Global power consumption to fall for first time since 1945

Global electricity consumption will fall this year for the first time since 1945, according to the International Energy Agency.

The watchdog for developed energy consuming countries said that electricity demand will fall 3.5 per cent in 2009.

In China, where power use is seen as a more reliable barometer of economic activity than official economic measures, consumption will be more than two per cent lower than 2008. Russia will see a fall of almost ten per cent, while countries in the Organisation for Economic Co-operation and Development will see a fall of almost five per cent.

Three-quarters of the global decline in consumption is accounted for by industrial rather than household demand, reflecting the fall in demand from China’s manufacturing-heavy economy. Consumption in India, by contrast, is expected to increase one per cent.

“This shows how deep a recession we are in,” said Fatih Birol, IEA chief economist. “Oil demand has declined in the past due to oil price shocks, financial crises – but electricity consumption has never decreased.

The IEA forecast investment in renewable energy, which has been increasing every year during the last decade, to drop by 38 per cent.

Saudi’s Rabigh oil fired project faces $900m hole in financing

The developers behind Saudi Arabia’s 1200 MW oil fired independent power project (IPP) at Rabigh are facing a financing gap to the tune of $900m after potential lenders withdrew planned loans of $5bn.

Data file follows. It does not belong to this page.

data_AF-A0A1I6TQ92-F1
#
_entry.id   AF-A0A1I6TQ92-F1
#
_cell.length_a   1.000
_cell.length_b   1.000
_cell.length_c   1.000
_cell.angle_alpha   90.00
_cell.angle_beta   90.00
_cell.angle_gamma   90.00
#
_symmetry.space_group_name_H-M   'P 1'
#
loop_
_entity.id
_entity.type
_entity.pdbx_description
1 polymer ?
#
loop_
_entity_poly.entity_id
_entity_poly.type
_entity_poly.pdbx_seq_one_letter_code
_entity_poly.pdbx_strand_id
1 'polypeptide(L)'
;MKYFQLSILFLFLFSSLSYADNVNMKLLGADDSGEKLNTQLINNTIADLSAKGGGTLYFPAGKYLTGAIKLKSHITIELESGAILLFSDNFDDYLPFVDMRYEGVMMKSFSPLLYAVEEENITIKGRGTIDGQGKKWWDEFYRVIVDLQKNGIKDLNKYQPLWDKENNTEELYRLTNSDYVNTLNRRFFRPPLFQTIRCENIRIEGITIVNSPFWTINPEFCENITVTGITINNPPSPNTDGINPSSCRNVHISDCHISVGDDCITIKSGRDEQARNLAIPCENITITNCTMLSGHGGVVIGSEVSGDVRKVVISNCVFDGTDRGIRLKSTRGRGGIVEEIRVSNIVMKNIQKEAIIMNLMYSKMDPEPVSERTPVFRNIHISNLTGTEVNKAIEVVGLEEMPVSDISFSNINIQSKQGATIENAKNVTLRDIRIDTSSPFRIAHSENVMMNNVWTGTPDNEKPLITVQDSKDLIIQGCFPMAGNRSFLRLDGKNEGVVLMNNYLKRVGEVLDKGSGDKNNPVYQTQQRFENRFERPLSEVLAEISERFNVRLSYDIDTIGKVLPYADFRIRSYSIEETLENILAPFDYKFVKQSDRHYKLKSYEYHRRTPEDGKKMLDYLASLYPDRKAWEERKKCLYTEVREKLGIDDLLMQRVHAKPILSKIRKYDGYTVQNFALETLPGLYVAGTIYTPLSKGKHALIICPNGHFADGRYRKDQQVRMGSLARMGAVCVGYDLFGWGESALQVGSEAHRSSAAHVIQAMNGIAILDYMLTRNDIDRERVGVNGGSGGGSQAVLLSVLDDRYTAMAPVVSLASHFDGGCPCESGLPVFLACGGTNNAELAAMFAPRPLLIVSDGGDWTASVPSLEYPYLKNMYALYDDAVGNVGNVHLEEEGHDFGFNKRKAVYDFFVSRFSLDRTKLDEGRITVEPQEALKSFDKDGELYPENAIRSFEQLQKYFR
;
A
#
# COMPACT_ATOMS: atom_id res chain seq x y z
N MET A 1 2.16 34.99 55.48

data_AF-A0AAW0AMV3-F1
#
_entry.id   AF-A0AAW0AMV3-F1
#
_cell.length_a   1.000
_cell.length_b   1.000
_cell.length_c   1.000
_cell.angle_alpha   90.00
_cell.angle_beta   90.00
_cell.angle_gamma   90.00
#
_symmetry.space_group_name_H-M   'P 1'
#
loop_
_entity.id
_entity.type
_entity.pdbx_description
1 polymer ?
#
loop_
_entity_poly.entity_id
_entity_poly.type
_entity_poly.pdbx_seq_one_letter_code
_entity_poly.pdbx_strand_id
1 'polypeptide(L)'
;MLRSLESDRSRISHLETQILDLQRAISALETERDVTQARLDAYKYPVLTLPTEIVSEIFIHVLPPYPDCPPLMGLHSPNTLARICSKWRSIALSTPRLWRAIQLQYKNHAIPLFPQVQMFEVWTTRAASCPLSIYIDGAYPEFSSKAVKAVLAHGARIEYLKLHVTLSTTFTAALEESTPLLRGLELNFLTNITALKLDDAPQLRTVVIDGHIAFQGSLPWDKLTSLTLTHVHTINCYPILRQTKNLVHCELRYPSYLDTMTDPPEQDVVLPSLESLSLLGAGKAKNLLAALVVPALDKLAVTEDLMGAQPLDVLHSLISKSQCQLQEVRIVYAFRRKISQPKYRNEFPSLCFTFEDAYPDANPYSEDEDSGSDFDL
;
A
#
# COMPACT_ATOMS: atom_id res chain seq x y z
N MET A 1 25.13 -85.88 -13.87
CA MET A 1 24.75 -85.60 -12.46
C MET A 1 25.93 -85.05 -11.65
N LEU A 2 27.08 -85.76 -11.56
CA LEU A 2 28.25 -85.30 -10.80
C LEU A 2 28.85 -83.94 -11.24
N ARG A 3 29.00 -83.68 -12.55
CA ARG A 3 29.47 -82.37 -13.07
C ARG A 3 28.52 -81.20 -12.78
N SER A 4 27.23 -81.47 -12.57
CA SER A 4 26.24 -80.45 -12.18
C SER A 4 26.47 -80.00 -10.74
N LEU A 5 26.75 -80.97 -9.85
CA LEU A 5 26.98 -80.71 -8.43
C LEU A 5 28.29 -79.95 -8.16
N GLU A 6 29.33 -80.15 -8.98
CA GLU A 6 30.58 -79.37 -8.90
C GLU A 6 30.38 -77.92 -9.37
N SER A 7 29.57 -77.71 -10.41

Acwa Power International, which is leading the project, already had a shortfall of $400m on the $2.5bn project. However, the amount of new funds required has now climbed because export credit agency Export-Import Bank of China (China Exim) missed a 31 May deadline to finalize its commitment to lend $400m to the IPP. As a result of missing its deadline, China Exim will withdraw from Rabigh.

Egypt approves 200 MW wind farm

Egypt is pressing ahead with plans to generate 12 per cent of its electricity by 2020, by approving another 200 MW wind farm in the Red Sea region.

The latest wind farm will be located south of Zafarna and about 120km north of Hurghada, a windy part of country with several already operational wind farms.

The tender procedure for the latest wind farm, expected to cost around €340m ($473m), is likely to start in December, with the first electricty generated expected post-2014.

UAE shortlists consortia to build Gulf’s first nuclear plant

Abu Dhabi-based Emirates Nuclear Energy (Enec) has announced that a total of three consortia have made it onto the prequalification shortlist to build the UAE’s first nuclear power station.

The three shortlisted parties are a French consortium of GDF Suez, Areva and Total; Japan’s Hitachi with GE Energy of the United States; and a South Korean partnership of Korea Electric Power Corporation (Kepco) with Hyundai Engineering & Construction. In April, Enec said it would continue talks with the shortlisted teams into the third quarter of 2009, when the UAE plans to award a contract.

The winning party is set to work with Enec on the design, construction, operation and maintenance of its nuclear plants, which will use generation 3 or 3+ light-water reactors. The UAE government will set up a joint venture company with the winning consortium, employing a similar model to that used by the emirate of Abu Dhabi for the development of IWPPs.